The forgotten story of how a unified Gulf team took on Kevin Keegan and Hamburg

Hamburg's line-up included European Footballer of the Year Kevin Keegan. (File/AFP)
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Updated 16 September 2020

The forgotten story of how a unified Gulf team took on Kevin Keegan and Hamburg

  • The one-off match was in celebration of Kuwait’s 19th national day
  • The Kuwait team had to change their shorts because of a color clash

DUBAI: Unless you happen to be a football fanatic of a certain age, chances are you’ve never heard of the only time a unified Gulf team took to the field 40 years ago.

On Feb. 25, 1980, to mark Kuwait’s 19th National Day, reigning West German champions Hamburg were invited to take part in an exhibition match against a team made up of the Gulf’s finest. The list of players still reads as the who’s who of the region’s all-time greats.

Kuwait was represented by their peerless trio of Jasem Yaqoub, Faisal Al Dakheel and Fathi Kameel, as well as captain Saad Al Houti, goalkeeper Ahmed Al Tarabulsi, Abdullah Mayouf, Mahboub Jumaa and Abdullah Al Buloushi. Saudi and Qatar provided arguably their greatest ever players in Majid Abdullah and. Mansour Muftah. And the Emirati duo of Abdulkareem Khamas and Jumaa Rabih were joined by Bahrain’s Hamood Sultan and Khalil Shuaitar.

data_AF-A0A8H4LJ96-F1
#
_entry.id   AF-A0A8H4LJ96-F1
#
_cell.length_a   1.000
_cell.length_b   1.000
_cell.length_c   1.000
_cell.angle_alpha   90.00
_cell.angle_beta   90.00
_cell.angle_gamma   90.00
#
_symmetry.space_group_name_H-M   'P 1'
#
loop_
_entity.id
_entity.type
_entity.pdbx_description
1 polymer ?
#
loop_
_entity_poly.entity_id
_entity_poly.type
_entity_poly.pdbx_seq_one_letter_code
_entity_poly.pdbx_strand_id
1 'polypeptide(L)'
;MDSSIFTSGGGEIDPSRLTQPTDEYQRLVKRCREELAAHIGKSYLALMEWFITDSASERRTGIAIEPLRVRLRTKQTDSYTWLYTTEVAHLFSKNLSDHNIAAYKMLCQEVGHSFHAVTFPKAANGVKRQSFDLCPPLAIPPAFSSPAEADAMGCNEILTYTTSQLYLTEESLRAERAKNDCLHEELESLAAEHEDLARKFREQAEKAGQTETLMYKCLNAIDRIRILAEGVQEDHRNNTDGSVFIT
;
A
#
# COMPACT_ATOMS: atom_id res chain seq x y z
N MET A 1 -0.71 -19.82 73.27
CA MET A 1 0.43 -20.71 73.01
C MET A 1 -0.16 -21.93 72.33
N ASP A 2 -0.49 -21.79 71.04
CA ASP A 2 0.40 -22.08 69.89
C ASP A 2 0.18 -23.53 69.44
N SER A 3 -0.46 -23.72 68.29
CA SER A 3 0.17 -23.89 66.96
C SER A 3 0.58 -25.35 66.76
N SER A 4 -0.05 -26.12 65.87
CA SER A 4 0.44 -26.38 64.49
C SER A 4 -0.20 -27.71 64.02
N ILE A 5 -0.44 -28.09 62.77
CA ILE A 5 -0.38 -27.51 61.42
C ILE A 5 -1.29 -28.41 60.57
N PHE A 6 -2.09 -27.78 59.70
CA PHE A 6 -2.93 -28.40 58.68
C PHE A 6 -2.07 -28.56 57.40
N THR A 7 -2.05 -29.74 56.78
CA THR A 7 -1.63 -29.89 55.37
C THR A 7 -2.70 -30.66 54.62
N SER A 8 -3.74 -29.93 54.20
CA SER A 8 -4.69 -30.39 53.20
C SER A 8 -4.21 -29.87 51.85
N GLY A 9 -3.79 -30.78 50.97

Hamburg may be going through some difficult times currently, but at that moment in time they were widely considered one of Europe’s best.

This was a formidable team that had won the Bundesliga in 1978-79, and included European Footballer of the Year Kevin Keegan. As well as Felix Magath, Manfred Kaltz and Horst Hrubesch, all who would go on to win Euro 80 with West Germany that summer in Italy.

Managed by Croatian coach Branko Zebec, Hamburg were on their way to the European Cup final for the first time in their history, a match they would eventually lose to Brian Clough’s Nottingham Forest at the Bernabeu Stadium that May.

In a carnival like atmosphere at Al Kuwait Sports Club stadium, the Gulf team stepped out in commemorative white shirts tailored for the event. Unfortunately, that clashed with Hamburg’s famous white tops. Hurriedly, a set of Kuwait’s national team red away shirts were brought out for the Gulf team to change into.

Not surprisingly, when the match kicked off, the Gulf players looked exactly what they were; a collection of gifted players the majority of had never played together before. It took only seven minutes for Hamburg to take the lead, Hrubesch scoring with a trademark header. Though not much was riding on the result, it looked like it could be a long and painful afternoon for the Gulf selection.